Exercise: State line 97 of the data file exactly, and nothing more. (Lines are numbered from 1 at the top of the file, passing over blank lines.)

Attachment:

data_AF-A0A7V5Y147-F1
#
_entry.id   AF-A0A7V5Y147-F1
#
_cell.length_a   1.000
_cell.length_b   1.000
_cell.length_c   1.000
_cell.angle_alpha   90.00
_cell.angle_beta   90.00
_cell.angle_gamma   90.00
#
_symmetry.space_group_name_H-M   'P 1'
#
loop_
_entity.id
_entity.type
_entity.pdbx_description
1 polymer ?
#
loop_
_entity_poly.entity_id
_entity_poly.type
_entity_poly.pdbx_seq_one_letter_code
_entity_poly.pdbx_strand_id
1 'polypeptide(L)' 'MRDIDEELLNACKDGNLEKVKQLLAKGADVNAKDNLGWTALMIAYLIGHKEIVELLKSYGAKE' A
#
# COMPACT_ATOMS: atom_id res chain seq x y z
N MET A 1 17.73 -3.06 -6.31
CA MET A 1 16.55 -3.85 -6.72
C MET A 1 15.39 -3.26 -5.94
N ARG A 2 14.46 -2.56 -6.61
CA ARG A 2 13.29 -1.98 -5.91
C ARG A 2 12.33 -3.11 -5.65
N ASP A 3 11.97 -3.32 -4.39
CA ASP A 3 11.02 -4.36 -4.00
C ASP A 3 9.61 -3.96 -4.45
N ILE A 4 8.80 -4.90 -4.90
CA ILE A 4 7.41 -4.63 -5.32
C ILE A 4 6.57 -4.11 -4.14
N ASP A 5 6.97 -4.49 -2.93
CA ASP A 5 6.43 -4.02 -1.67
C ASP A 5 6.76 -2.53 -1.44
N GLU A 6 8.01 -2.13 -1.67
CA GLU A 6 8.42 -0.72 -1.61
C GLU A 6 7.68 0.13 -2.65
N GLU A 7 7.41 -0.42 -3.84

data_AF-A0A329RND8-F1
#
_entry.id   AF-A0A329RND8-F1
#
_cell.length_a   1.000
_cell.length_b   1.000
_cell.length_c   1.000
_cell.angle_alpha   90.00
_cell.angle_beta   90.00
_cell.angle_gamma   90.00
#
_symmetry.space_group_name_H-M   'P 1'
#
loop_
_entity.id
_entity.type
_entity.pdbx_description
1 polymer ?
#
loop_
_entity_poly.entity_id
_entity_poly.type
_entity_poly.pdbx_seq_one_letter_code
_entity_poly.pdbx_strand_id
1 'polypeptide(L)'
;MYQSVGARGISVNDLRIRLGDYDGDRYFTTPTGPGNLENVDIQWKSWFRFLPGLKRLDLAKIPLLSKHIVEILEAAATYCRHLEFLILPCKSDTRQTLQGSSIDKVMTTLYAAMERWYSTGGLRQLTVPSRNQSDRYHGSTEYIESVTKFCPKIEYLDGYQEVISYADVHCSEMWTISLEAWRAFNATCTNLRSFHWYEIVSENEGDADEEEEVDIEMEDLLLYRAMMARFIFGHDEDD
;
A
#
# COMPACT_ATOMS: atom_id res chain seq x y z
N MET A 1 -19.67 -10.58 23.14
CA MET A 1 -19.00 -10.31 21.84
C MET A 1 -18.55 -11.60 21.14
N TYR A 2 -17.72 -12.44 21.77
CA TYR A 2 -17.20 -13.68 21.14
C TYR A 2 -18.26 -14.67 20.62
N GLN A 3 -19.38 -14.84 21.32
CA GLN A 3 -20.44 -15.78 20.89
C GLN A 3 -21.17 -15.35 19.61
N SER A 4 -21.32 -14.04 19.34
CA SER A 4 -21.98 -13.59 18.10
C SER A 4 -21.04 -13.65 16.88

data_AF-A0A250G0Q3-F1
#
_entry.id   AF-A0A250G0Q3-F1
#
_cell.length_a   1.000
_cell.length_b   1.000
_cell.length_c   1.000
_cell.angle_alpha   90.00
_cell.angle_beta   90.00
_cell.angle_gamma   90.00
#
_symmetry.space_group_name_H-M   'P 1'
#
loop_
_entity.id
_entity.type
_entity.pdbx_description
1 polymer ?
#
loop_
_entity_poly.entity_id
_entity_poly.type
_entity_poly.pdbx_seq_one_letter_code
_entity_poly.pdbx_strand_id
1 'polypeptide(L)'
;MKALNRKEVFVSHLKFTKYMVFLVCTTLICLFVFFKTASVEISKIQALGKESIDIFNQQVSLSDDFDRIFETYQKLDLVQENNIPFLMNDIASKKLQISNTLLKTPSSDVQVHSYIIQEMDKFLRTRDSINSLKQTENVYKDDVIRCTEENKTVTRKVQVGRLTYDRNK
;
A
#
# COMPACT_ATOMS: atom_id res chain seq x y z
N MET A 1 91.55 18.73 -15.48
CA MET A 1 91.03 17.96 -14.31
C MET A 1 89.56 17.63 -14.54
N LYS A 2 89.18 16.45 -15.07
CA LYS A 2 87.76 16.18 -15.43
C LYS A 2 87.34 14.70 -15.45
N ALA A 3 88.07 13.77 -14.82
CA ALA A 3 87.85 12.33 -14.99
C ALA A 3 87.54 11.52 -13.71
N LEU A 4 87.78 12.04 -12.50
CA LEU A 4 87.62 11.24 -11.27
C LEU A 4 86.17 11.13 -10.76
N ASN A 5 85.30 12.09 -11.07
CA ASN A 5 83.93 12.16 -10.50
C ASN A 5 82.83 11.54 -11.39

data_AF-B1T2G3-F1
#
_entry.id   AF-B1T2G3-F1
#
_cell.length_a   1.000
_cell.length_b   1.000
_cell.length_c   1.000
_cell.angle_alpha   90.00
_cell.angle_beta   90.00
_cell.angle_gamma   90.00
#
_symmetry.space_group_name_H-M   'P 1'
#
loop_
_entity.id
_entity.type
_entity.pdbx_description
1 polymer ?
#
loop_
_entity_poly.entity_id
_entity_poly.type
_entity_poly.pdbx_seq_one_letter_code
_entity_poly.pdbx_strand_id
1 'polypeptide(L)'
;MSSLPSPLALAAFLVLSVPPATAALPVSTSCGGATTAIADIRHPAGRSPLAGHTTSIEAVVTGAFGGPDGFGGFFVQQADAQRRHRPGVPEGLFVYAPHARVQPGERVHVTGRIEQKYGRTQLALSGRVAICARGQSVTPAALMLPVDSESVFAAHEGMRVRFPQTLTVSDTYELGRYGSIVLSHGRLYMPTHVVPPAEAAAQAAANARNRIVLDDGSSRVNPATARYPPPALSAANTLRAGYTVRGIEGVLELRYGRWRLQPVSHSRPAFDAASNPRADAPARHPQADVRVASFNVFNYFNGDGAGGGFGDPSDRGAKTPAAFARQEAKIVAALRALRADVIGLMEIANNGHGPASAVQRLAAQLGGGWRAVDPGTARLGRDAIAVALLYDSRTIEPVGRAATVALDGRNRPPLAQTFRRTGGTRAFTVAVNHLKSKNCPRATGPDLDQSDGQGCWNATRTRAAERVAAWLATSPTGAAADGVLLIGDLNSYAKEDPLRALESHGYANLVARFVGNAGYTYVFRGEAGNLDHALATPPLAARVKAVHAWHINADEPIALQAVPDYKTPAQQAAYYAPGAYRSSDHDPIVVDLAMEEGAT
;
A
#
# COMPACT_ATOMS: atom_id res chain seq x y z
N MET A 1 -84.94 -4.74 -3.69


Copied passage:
_cell.angle_beta   90.00